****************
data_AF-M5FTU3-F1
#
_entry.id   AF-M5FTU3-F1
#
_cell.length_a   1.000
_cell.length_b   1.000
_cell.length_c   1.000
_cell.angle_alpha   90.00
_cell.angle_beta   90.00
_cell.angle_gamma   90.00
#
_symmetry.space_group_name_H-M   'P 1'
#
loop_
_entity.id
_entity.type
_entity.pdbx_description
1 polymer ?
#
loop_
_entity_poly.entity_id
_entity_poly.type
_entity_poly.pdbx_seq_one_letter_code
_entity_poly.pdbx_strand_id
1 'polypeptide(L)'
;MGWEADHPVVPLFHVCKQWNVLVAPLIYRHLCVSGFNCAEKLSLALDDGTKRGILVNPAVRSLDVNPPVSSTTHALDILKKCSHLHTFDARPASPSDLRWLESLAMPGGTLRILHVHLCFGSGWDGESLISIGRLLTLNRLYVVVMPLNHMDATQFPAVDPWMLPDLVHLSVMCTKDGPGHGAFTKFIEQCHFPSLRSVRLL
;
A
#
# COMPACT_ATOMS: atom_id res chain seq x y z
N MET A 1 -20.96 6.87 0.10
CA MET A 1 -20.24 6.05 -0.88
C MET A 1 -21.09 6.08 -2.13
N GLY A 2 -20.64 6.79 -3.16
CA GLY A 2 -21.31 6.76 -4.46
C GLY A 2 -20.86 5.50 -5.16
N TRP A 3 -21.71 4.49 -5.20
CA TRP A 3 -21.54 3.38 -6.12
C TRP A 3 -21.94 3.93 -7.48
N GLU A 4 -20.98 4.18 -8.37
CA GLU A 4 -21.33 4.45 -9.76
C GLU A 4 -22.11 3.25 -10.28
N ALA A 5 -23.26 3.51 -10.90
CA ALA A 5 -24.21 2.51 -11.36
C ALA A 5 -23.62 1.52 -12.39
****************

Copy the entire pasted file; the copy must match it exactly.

data_AF-M5FTU3-F1
#
_entry.id   AF-M5FTU3-F1
#
_cell.length_a   1.000
_cell.length_b   1.000
_cell.length_c   1.000
_cell.angle_alpha   90.00
_cell.angle_beta   90.00
_cell.angle_gamma   90.00
#
_symmetry.space_group_name_H-M   'P 1'
#
loop_
_entity.id
_entity.type
_entity.pdbx_description
1 polymer ?
#
loop_
_entity_poly.entity_id
_entity_poly.type
_entity_poly.pdbx_seq_one_letter_code
_entity_poly.pdbx_strand_id
1 'polypeptide(L)'
;MGWEADHPVVPLFHVCKQWNVLVAPLIYRHLCVSGFNCAEKLSLALDDGTKRGILVNPAVRSLDVNPPVSSTTHALDILKKCSHLHTFDARPASPSDLRWLESLAMPGGTLRILHVHLCFGSGWDGESLISIGRLLTLNRLYVVVMPLNHMDATQFPAVDPWMLPDLVHLSVMCTKDGPGHGAFTKFIEQCHFPSLRSVRLL
;
A
#
# COMPACT_ATOMS: atom_id res chain seq x y z
N MET A 1 -20.96 6.87 0.10
CA MET A 1 -20.24 6.05 -0.88
C MET A 1 -21.09 6.08 -2.13
N GLY A 2 -20.64 6.79 -3.16
CA GLY A 2 -21.31 6.76 -4.46
C GLY A 2 -20.86 5.50 -5.16
N TRP A 3 -21.71 4.49 -5.20
CA TRP A 3 -21.54 3.38 -6.12
C TRP A 3 -21.94 3.93 -7.48
N GLU A 4 -20.98 4.18 -8.37
CA GLU A 4 -21.33 4.45 -9.76
C GLU A 4 -22.11 3.25 -10.28
N ALA A 5 -23.26 3.51 -10.90
CA ALA A 5 -24.21 2.51 -11.36
C ALA A 5 -23.62 1.52 -12.39